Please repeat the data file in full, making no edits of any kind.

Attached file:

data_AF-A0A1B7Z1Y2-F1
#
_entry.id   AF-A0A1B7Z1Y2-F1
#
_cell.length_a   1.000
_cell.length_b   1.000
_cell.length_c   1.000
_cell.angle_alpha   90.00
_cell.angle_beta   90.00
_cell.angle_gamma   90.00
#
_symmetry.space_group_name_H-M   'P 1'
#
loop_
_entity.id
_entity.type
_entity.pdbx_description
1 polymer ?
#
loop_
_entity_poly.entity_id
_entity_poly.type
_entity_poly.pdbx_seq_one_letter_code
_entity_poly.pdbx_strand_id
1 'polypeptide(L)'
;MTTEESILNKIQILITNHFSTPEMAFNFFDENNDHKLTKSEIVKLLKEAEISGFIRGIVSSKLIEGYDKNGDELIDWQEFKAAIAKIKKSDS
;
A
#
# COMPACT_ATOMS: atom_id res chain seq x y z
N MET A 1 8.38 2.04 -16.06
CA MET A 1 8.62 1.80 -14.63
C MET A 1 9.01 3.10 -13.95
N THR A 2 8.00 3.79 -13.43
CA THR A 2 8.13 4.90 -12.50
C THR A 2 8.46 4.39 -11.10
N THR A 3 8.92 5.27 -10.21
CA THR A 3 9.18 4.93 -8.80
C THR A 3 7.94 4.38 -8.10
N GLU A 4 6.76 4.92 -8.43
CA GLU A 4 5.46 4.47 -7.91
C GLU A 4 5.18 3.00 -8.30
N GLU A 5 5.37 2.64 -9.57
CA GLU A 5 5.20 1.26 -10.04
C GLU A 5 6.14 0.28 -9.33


data_AF-A0A1B7Z1Y2-F1
#
_entry.id   AF-A0A1B7Z1Y2-F1
#
_cell.length_a   1.000
_cell.length_b   1.000
_cell.length_c   1.000
_cell.angle_alpha   90.00
_cell.angle_beta   90.00
_cell.angle_gamma   90.00
#
_symmetry.space_group_name_H-M   'P 1'
#
loop_
_entity.id
_entity.type
_entity.pdbx_description
1 polymer ?
#
loop_
_entity_poly.entity_id
_entity_poly.type
_entity_poly.pdbx_seq_one_letter_code
_entity_poly.pdbx_strand_id
1 'polypeptide(L)'
;MTTEESILNKIQILITNHFSTPEMAFNFFDENNDHKLTKSEIVKLLKEAEISGFIRGIVSSKLIEGYDKNGDELIDWQEFKAAIAKIKKSDS
;
A
#
# COMPACT_ATOMS: atom_id res chain seq x y z
N MET A 1 8.38 2.04 -16.06
CA MET A 1 8.62 1.80 -14.63
C MET A 1 9.01 3.10 -13.95
N THR A 2 8.00 3.79 -13.43
CA THR A 2 8.13 4.90 -12.50
C THR A 2 8.46 4.39 -11.10
N THR A 3 8.92 5.27 -10.21
CA THR A 3 9.18 4.93 -8.80
C THR A 3 7.94 4.38 -8.10
N GLU A 4 6.76 4.92 -8.43
CA GLU A 4 5.46 4.47 -7.91
C GLU A 4 5.18 3.00 -8.30
N GLU A 5 5.37 2.64 -9.57
CA GLU A 5 5.20 1.26 -10.04
C GLU A 5 6.14 0.28 -9.33